The majority of samples processed at the National Ocean Sciences AMS Facility (NOSAMS) thus far were collected as part of the World Ocean Circulation Experiment (WOCE). Due to the long storage time (2–3 yr) required to analyze thousands of samples on the accelerator mass spectrometer (AMS), a test was designed and implemented to determine the effects, if any, of storage time on 14C concentration. We find no systematic offsets in AMS measurements made over a 5-yr period between a total of 16 replicate sets from surface and deep water collected at the same locality. Furthermore, the average δ14C value from the deepwater AMS replicates (-213.1%, std. dev. 7.3) agrees very closely with the conventional 14C results published for GEOSECS (-212.7%) from station 320 taken 20 yr earlier.
A total of 73 WOCE shipboard replicate sets (162 AMS measurements) were analyzed with a mean precision of 4.3%. AMS results from 20 more shipboard replicate sets (44 AMS measurements) submitted as CO2 from the Stable Isotope Laboratory (SIL) at the University of Washington were analyzed with a mean precision of 3.4%. These results suggest no significant difference between water stripping methods used in each preparation lab.
To assess reproducibility, we calculate a pooled estimate of σ for replicates called s, which we use as an approximation of σTOT for a given sample type. The s for WOCE seawater replicates is 4.9% and 5.8% for SIL gas replicates. These numbers demonstrate an overall reproducibility of seawater AMS results at NOSAMS that is in line with reported errors. We take the difference between total error s and machine error as the overall standard deviation of combined uncertainties associated with preparation of samples and with AMS. For seawater samples processed at NOSAMS, σSPL is calculated to be 2.4%, and for the SIL gas replicates it is 4.8%.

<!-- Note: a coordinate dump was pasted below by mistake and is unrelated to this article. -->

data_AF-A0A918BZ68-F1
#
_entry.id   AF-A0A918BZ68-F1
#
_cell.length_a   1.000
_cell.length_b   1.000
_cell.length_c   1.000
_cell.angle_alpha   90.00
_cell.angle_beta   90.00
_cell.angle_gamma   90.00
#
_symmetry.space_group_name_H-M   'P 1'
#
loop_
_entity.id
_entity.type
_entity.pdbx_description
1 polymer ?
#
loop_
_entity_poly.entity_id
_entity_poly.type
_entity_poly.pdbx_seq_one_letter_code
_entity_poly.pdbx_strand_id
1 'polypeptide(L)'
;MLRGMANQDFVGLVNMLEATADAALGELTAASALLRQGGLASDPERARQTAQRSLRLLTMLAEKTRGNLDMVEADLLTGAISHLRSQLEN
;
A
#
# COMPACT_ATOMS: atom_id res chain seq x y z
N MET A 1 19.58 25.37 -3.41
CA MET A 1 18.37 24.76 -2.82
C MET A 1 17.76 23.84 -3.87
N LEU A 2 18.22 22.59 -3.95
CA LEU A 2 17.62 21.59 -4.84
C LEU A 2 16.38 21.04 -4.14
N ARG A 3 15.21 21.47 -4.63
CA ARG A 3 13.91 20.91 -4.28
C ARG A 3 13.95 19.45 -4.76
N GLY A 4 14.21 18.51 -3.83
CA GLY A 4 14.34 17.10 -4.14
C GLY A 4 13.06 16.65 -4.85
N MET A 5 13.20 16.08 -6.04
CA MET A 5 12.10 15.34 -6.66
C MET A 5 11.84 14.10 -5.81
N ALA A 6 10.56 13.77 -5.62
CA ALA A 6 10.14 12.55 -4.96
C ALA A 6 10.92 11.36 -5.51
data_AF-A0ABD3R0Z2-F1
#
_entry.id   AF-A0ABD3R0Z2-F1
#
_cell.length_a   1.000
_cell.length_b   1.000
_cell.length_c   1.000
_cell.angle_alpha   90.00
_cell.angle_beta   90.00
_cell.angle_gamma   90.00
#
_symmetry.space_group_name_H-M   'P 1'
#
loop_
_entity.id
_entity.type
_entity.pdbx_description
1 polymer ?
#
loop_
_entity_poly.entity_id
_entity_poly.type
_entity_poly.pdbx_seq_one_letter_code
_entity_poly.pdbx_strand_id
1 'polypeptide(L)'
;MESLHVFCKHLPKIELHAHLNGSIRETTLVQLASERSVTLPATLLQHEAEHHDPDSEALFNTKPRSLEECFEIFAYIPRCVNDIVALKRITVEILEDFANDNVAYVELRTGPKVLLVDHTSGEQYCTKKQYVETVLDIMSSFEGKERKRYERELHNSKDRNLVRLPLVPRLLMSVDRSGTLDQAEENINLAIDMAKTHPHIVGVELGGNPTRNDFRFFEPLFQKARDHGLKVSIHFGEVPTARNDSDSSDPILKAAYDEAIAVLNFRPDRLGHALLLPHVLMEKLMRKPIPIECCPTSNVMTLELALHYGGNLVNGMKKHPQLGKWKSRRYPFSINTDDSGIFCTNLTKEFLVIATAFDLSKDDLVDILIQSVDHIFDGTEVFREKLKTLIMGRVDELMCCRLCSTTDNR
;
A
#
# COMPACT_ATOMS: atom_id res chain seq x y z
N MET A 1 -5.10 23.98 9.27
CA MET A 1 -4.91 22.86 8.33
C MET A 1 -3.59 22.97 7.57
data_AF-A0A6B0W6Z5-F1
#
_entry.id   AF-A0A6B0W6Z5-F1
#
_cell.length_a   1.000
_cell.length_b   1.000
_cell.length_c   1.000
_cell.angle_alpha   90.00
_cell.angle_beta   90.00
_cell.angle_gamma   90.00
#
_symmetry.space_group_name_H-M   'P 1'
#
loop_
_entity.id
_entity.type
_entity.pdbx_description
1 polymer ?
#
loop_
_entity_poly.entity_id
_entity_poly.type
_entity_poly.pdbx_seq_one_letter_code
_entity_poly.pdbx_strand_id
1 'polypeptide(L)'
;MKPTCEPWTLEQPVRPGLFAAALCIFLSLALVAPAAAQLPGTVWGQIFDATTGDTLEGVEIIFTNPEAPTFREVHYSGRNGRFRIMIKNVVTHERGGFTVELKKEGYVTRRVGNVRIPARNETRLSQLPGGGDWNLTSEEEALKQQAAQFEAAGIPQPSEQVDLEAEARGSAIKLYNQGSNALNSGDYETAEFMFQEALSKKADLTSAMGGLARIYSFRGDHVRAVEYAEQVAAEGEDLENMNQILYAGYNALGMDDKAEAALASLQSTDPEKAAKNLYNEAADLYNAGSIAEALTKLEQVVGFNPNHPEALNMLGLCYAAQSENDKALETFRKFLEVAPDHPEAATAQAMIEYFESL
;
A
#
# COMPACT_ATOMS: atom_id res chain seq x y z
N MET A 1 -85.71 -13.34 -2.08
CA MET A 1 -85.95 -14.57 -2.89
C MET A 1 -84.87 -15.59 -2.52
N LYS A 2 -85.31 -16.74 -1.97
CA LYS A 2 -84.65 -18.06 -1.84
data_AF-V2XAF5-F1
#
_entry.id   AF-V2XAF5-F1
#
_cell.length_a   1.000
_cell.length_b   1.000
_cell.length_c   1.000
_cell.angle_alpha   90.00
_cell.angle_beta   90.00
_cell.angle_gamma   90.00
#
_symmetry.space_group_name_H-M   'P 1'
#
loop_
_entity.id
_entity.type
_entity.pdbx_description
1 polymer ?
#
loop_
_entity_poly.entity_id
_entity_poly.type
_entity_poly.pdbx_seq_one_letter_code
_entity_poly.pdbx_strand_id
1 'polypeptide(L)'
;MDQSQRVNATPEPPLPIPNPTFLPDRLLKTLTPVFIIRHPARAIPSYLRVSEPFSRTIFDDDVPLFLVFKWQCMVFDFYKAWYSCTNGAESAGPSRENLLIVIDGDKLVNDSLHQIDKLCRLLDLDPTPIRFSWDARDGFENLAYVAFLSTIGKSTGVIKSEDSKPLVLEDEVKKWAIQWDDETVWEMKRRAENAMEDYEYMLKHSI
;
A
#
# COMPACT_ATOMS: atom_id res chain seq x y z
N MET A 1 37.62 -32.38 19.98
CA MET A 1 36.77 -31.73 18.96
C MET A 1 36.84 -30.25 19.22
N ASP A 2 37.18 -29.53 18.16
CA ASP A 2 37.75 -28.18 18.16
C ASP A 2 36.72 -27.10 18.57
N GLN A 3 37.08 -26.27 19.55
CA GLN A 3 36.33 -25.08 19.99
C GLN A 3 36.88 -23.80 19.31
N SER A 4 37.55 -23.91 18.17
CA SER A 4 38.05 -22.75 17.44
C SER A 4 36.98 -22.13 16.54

Reproducibility of samples prepared with an acid hydrolysis technique is demonstrated using 24 coral samples submitted in triplicate by Dr. R. G. Fairbanks of Lamont Doherty Earth Observatory. Seventy-two replicates were prepared and analyzed at NOSAMS with a mean reported precision of 1.2%. The pooled estimate s for the Fairbanks triplicates is 2.6%. We calculate a laboratory reproducibility uncertainty for coral hydrolysis samples of 2.2%.
In 1993, NOSAMS participated in the Third International Radiocarbon Intercomparison (TIRI) Study. We report here 60 AMS analyses of the six TIRI test materials, five of which are organic carbon samples, to validate sample-processing methods for organic carbon sample AMS analyses at NOSAMS.